Navajo Elementary

Jonathan Montgomery, left, and his brother Colin show off their t-shirts supporting Navajo Elementary at a community event in 2018 just months after the school’s campus was closed due to a fire. 

When Scottsdale Unified reopened elementary schools for in-person learning in September, it also marked the first time that students had stepped foot on the Navajo Elementary campus in over two years.

“To be back in our neighborhood, seeing all the kids walk onto campus…it’s just awesome,” Principal Matthew Patzlaff said.

The district was forced to abruptly shutter the Navajo campus, located at Granite Reef and Camelback Road, on Aug. 22, 2018 after an overnight fire in a utility closet caused significant fire, smoke and water damage to a portion of the campus.

The district relocated students and staff literally overnight to its Oak Campus, which was being used as the district’s central kitchen. 

Navajo Elementary remained at the Oak Campus, located three miles away at Oak and 75th streets, until the district paused in-person schooling in March.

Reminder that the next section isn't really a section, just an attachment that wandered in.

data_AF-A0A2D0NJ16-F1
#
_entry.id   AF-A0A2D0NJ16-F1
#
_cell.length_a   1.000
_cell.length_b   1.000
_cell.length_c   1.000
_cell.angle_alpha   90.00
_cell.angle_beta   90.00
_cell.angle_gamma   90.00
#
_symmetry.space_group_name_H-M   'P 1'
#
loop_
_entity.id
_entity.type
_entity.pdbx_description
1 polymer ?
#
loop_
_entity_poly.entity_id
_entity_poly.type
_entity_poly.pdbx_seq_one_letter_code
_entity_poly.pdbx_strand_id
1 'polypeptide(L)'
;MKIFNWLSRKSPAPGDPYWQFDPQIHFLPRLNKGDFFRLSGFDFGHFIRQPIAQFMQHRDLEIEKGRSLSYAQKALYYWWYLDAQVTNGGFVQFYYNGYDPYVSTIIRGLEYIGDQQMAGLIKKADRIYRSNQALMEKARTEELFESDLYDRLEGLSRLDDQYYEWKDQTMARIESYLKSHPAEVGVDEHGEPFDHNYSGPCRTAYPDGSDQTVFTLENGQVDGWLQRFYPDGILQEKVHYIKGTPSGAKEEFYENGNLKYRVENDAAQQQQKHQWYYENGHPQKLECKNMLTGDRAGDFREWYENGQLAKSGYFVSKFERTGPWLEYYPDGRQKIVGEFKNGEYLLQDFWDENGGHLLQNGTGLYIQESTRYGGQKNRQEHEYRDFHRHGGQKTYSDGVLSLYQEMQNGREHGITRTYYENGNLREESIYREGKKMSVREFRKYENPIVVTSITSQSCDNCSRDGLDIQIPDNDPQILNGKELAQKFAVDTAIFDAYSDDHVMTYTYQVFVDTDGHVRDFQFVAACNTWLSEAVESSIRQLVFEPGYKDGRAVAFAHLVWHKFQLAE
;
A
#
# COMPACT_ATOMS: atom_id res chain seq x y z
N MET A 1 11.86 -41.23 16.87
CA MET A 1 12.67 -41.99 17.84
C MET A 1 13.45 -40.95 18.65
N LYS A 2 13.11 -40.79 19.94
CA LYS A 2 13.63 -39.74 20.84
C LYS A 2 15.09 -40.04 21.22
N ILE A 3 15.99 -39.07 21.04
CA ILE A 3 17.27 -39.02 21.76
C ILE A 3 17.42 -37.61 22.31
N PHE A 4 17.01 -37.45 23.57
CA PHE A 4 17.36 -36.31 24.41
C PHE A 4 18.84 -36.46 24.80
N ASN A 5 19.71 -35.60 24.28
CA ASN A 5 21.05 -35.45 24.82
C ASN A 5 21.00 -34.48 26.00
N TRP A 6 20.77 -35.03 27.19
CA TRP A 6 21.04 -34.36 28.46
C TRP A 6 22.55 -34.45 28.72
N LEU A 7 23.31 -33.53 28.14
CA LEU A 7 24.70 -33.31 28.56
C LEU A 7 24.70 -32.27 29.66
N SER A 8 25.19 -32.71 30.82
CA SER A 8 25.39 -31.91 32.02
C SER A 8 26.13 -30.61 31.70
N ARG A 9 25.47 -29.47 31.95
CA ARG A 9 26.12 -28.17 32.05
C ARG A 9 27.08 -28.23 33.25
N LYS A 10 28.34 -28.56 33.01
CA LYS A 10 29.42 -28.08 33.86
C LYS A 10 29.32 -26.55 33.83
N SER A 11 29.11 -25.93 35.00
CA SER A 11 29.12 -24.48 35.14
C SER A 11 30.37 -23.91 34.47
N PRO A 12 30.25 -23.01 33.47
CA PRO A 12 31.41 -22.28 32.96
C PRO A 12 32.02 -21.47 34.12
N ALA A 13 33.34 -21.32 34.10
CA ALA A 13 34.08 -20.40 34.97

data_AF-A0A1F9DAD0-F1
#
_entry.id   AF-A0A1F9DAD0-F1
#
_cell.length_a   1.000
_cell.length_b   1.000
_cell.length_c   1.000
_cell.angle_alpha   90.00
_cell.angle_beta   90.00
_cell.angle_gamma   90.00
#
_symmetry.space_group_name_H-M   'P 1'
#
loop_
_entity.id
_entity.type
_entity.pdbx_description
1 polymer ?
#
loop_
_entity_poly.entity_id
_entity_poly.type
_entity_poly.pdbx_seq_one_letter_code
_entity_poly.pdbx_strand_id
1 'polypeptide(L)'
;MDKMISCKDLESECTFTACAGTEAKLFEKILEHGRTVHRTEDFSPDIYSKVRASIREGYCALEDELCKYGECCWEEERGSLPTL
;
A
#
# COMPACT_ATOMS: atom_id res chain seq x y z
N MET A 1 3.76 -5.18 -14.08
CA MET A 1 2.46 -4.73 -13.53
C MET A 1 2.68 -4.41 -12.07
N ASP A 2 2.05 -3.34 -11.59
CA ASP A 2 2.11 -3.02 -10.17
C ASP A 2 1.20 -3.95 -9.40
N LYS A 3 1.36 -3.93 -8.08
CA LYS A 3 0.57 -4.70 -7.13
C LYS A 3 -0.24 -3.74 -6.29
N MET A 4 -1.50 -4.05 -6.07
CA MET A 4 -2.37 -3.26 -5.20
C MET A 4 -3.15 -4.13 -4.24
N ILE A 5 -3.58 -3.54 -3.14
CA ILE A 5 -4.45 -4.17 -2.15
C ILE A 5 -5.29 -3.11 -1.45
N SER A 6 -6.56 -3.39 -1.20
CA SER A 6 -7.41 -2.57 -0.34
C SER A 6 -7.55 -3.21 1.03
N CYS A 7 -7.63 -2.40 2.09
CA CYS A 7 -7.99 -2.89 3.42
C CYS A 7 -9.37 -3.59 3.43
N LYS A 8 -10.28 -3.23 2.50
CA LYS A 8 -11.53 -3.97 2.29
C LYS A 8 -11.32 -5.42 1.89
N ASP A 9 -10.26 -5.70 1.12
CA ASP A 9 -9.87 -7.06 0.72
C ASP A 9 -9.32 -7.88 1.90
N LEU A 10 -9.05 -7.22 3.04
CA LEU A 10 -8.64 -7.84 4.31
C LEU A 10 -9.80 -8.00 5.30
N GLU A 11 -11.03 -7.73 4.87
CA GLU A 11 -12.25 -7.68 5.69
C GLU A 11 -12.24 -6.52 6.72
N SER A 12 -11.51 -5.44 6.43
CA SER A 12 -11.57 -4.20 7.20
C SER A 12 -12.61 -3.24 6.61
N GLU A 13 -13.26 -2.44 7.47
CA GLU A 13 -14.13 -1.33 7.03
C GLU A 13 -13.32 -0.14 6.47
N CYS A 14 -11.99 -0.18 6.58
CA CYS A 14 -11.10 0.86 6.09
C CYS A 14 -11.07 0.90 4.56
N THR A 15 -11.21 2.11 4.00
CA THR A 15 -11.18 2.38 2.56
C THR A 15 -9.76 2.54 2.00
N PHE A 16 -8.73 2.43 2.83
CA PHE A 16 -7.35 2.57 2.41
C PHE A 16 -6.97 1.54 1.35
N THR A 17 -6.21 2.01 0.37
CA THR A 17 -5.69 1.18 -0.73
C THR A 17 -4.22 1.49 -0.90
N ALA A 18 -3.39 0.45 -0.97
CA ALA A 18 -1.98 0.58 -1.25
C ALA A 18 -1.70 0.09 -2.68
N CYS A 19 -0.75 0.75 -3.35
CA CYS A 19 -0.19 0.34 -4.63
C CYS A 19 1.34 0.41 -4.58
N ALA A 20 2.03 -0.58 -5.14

“The Oak Campus was great and everyone was awesome but it just wasn’t home, you know?” Patzlaff said.

The return to Navajo’s home campus has been somewhat subdued due to the pandemic, though.

Patzlaff has not been able to show off the new campus to parents or prospective families, so he has taken to the school’s Facebook page to offer virtual tours. The pandemic also cancelled an opening celebration that had been set for April.

“That was going to, really importantly, allow the fifth graders at the time a chance to go see Navajo, because they basically were ousted in third grade and never got to go back,” said Elie Goodman, a member of the Navajo Dads Club.

The fire, complicated by years of low enrollment, put the long-term future of the school in doubt until the SUSD Governing Board approved much-needed repairs and improvements for Navajo, which first opened in 1960.

Months after the fire in October 2018, the Governing Board approved a plan to use funds from the district’s insurance provider to repair the campus and clean up asbestos contamination.

But that money – estimated at around $10 million – only covered cleaning, repairs and asbestos abatement for the parts of campus directly affected by the fire.

Prior to the fire, Navajo was in need of many other structural repairs and was one of a handful of Scottsdale schools being considered by the board for a rebuild using bond money approved by voters in 2016.